A treasure trove of primeval finds

Bringing animals back to life: a primeval horse from Messel Pit, reconstructed using the very latest technology.

Around 48 million years ago, weeks of violent explosions shook the area around a place in Central Germany that today is called Messel. At the time, a volcanic eruption caused a crater several hundred metres deep to form in the landscape. Over the years, the crater filled with water. The new lake was so deep that no oxygen was able to penetrate down to the lower water levels. Consequently, no animal life was possible there. Merely a few bacteria that could survive without oxygen lived at the bottom of the lake. If a dead animal sank to the bottom, it would remain relatively intact. “This created the ideal conditions for extremely well-preserved fossils to form here”, explains Dr Sonja Wedmann. A biologist, she heads the palaeoentomology section at the Senckenberg – Leibniz Institution for Biodiversity and Earth System Research (SGN), which belongs to the Leibniz Association. The volcanic eruption thus laid the foundation for one of the world’s most important fossil sites: Messel Pit.

Though the first fossil was discovered here as early as 1875, the pit was an open-cast oil shale mine until 1970. Since the early 1990s, the SGN has been responsible for the pit, which has a diameter of roughly one kilometre, part of its remit being to coordinate the excavations. “Ida” was found at Messel, for example; it is thought to be the world’s oldest fully documented fossil of a primate. Ida became world famous because it was initially regarded as the “missing link” – an ancestor shared by both humans and apes. This turned out to be an error, as the 47-million-year-old find was simply too old. Messel Pit also became known for having the world’s largest number of primeval horse fossils, which are closely related to the ancestors of horses today. “Urpferd 2.0” (only in German) – which translates as Primeval Horse 2.0 – is also the name of an exhibition that is celebrating the site’s 25-year anniversary: in 1995 this fossil site was the first German natural monument to be included in the list of UNESCO World Heritage sites. The exhibition continues until 25 April 2021.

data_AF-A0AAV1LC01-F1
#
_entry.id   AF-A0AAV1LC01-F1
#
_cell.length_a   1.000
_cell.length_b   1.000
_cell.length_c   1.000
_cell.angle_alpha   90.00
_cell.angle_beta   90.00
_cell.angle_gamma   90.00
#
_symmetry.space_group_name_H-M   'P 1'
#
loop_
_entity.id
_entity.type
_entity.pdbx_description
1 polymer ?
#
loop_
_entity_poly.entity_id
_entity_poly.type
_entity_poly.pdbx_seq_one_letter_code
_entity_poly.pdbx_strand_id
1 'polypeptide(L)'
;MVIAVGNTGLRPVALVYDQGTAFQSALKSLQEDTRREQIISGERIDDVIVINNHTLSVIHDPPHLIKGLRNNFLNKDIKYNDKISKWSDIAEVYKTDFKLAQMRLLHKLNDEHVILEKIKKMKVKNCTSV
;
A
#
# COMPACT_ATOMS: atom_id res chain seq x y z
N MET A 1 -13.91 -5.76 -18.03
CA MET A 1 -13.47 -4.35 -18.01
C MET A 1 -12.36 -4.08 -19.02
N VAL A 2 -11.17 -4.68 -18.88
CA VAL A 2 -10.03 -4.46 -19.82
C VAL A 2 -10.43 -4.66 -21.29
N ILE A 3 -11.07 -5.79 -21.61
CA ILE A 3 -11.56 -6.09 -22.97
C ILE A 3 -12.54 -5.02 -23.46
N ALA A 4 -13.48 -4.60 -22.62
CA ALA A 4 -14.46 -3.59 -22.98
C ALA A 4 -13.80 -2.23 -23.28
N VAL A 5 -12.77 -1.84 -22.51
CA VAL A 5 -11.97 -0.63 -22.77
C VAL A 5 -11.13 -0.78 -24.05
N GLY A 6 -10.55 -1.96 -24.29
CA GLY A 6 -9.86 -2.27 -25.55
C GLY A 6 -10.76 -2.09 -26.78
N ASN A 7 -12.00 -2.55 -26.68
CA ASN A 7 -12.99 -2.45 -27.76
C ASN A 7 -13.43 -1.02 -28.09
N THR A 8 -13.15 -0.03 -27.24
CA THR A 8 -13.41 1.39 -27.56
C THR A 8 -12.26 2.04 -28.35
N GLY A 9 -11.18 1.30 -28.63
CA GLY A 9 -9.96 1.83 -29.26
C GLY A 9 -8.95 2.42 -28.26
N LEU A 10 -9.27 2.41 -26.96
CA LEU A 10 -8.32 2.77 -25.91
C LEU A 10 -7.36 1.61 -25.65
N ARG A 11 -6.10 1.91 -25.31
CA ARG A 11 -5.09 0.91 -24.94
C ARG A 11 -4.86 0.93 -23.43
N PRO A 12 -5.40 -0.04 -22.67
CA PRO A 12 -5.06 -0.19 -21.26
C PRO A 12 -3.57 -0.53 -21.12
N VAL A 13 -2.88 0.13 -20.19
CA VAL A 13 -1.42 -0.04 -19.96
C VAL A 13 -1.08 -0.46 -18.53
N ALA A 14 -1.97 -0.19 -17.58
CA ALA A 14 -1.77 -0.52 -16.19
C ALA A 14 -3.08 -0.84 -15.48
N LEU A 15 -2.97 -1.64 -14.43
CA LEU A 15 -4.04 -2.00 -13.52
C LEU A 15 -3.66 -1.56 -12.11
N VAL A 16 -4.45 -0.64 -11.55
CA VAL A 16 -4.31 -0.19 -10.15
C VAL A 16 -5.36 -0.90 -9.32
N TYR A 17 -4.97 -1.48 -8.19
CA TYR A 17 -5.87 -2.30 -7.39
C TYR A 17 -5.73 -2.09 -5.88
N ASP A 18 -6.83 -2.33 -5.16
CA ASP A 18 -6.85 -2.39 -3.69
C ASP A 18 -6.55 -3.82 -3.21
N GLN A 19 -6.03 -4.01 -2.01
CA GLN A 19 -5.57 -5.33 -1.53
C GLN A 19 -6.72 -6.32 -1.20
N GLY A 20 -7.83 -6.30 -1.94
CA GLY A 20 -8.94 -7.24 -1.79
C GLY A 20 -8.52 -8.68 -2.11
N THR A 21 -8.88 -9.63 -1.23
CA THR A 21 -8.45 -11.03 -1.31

Uniquely preserved

Tens of thousands of fossils have been found at the pit in the meantime – from plants complete with blossoms and fruits, to crocodiles, the remains of a bird nearly two metres big, and prosimians. “The very large number of finds makes it possible to reconstruct the ecosystem of the time with great accuracy”, reports Sonja Wedmann. The fact that the finds are often very well preserved is also what makes Messel Pit so unique: the fossils often reveal hair or feathers in great detail. Sometimes even stomach contents are visible, as was the case with a snake discovered by a research colleague of Wedmann: he identified a lizard in the snake’s gastrointestinal tract, plus an insect in the lizard’s stomach. This allows the food chain to be precisely traced.

Sonja Wedmann specialises in researching insect fossils. Her work on finds from Messel Pit allows her time and again to expand our knowledge of the distribution of certain animals. As was the case with her favourite find to date: the fossil of a walking leaf. This insect resembles a leaf, a group that nowadays is found exclusively in Southeast Asia and East Africa. “Only the find in Messel proves that walking leaves used to be distributed differently to today”, explains Wedmann.

Bringing animals back to life with animation

To prepare and examine the finds in situ, the Senckenberg – Leibniz Institution for Biodiversity and Earth System Research has established a research station. A scientist works here together with taxidermists. Other scientists work on Messel-related topics at the Senckenberg Research Institute and Natural History Museum in Frankfurt. Researchers from Germany and abroad also come to Hesse to collaborate with colleagues there. Students also come to do excavation internships, and occasionally doctoral students pay a visit.

Later, the fossils are displayed at the Senckenberg Natural History Museum in Frankfurt (only in German) and at the Hessisches Landesmuseum Darmstadt. At the latter, the 48-million-year-old primeval horse Propalaeotherium voigti. is also on show, which has been reconstructed and animated using the very latest technology and research findings.

Research in the field of palaeontology is also conducted at numerous universities in Germany. At Freie Universität Berlin, for instance, one focus of research is on spores and pollen, whereas Ruhr-Universität Bochum (only in German) specialises in marine micropalaeontology. At Johannes Gutenberg University in Mainz, on the other hand, modern analytical and applied aspects of palaeontology are the focus. For many of the students, Messel Pit is probably one of the most important places to visit in their field.

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